This is Lucky, my prized possession. He’s been with me since I was six years old. They said Santa brought him but I knew he was from my mom. It was love at first sight when I met him in the window of the service station by Omaha Airport. He was sitting on a shelf next to a purple horse just like him, brothers.
There were shelves of stuffed animals. You couldn’t walk in and buy one it was some mysterious process I didn’t understand involving fill ups and stamps or something. I didn’t tell anyone how much I wanted him, so much my heart ached. I don’t recall what car my mom had but I remember running to the window each time to see if he was still there, until he wasn’t.
We lived with my Grandma. Mom and Dad were in the long nasty process of getting a d-i-v-o-r-c-e. They used to spell it. Dad called on Fridays after he’d been drinking all afternoon to argue with Mom but she was out with her girlfriends. She was never there.
They were both only twenty four. They were mean drunks and fought violently in front of us, screaming, punching, pinning each other to the floor, choking, breaking furniture and lamps. I was five and my sister was three. It was horrifying, damaging.
The last fight was my fault. Mom took us to a garage after it was closed. It belonged to one of Dad’s friends. He let us in. We sat in the waiting room that smelled like grease while they went into an office and locked the door. We didn’t belong there. I could hear what they were doing. What they were doing was wrong and when we came home late my dad was waiting, drunk, with bottles lined up by his feet. He yelled, where the hell have you been! She ran past him and locked herself in their bedroom. He grabbed my arm and shook me, roaring in my face, where the hell have you been, and I told him. I was terrified and justified and after I told him I wished I hadn’t.
At Grandma’s house it was peaceful, orderly. Captain Kangaroo became my TV Dad, told me stories and kept me cheered up. He had a kind voice and looked right out at me from the television. I spent mornings with him and his family, Bunny Rabbit and Mr. Moose, in the Treasure House before I had to walk to school. It was lonely. Nobody else had divorced parents. We weren’t supposed to tell anyone.
Mom got a job at the Tip Top factory making fancy bobby pins, she glued the roses and other pretty flowers to them and brought home big assortments for our hair. Then she’d go out with her girlfriends. On Saturdays Grandpa drove us uptown to go shopping. We walked on either side of Grandma with our hand in the pocket of her fur coat as we went down Woolworths huge staircase to the lunch counter to have a glazed donut that was almost big as the plate.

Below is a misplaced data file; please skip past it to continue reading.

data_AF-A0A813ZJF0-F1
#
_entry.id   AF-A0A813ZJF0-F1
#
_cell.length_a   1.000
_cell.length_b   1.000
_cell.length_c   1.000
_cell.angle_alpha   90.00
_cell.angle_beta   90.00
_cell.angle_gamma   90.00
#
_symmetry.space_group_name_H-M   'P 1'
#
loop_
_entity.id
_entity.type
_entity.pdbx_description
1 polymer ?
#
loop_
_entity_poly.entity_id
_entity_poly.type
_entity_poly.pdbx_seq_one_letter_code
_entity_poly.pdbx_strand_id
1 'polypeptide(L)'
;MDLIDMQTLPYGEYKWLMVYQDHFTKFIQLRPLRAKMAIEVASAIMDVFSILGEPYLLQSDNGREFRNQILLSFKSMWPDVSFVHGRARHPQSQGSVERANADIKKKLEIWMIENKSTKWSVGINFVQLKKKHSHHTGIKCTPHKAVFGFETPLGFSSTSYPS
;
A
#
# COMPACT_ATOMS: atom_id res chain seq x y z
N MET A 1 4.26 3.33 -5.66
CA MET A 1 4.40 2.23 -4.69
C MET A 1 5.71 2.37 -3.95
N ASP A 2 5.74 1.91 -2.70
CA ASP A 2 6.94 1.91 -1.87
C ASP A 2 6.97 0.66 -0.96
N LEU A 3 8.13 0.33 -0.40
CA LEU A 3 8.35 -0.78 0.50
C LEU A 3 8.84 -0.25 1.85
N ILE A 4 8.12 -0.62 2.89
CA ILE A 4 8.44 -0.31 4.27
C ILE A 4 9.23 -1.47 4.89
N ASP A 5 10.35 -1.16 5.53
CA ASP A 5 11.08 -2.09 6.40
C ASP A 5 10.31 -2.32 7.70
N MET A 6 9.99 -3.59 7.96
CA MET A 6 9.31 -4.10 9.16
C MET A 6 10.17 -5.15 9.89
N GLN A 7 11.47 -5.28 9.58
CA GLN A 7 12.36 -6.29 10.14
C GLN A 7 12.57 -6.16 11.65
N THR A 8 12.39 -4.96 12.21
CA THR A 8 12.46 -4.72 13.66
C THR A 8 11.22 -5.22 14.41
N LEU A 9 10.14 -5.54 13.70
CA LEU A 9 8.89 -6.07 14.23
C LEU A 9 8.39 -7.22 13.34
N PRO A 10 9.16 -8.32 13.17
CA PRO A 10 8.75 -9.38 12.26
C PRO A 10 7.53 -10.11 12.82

Grandma was the one who took us to see Santa Claus. We had our picture taken, the two of us on his lap. We both looked so lost and sad. I couldn’t think of anything to tell Santa to bring me. All I wanted was the little brown horse and he was gone. A real horse or a puppy was so far out in the future I wouldn’t let myself even think about it. I knew Santa couldn’t make families whole again, or even like each other.
Then Christmas Eve after dinner there he was,the little brown horse, tucked up against some wrapped boxes under the tree in Grandma’s living room. I think I was too shocked to even squeal but I remember thinking I’m so lucky, I’m so lucky.
This lifetime later my cheek still fits perfectly into his dished face. He’s been with me through floods (he went into my suitcase instead of clothes, I was ten), fire, famine, heartache and joy, two husbands, (well the first one really didn’t count), childbirth, and moved everyplace I’ve ever lived. He’s had surgery on his neck three times, lost his first mane and tail, had his second mane and tail torn out by Gracie, my first Basset. He’s heard a million secrets and been my stand in family when I was alone.
When I look at him I feel Lucky still that my mom knew, she knew and surprised me even though I told on her. Through years of her many bouts with mental illness before we knew what was wrong Lucky was the touchstone, the connection that under it all, even though it didn’t seem like it, my mom did love me.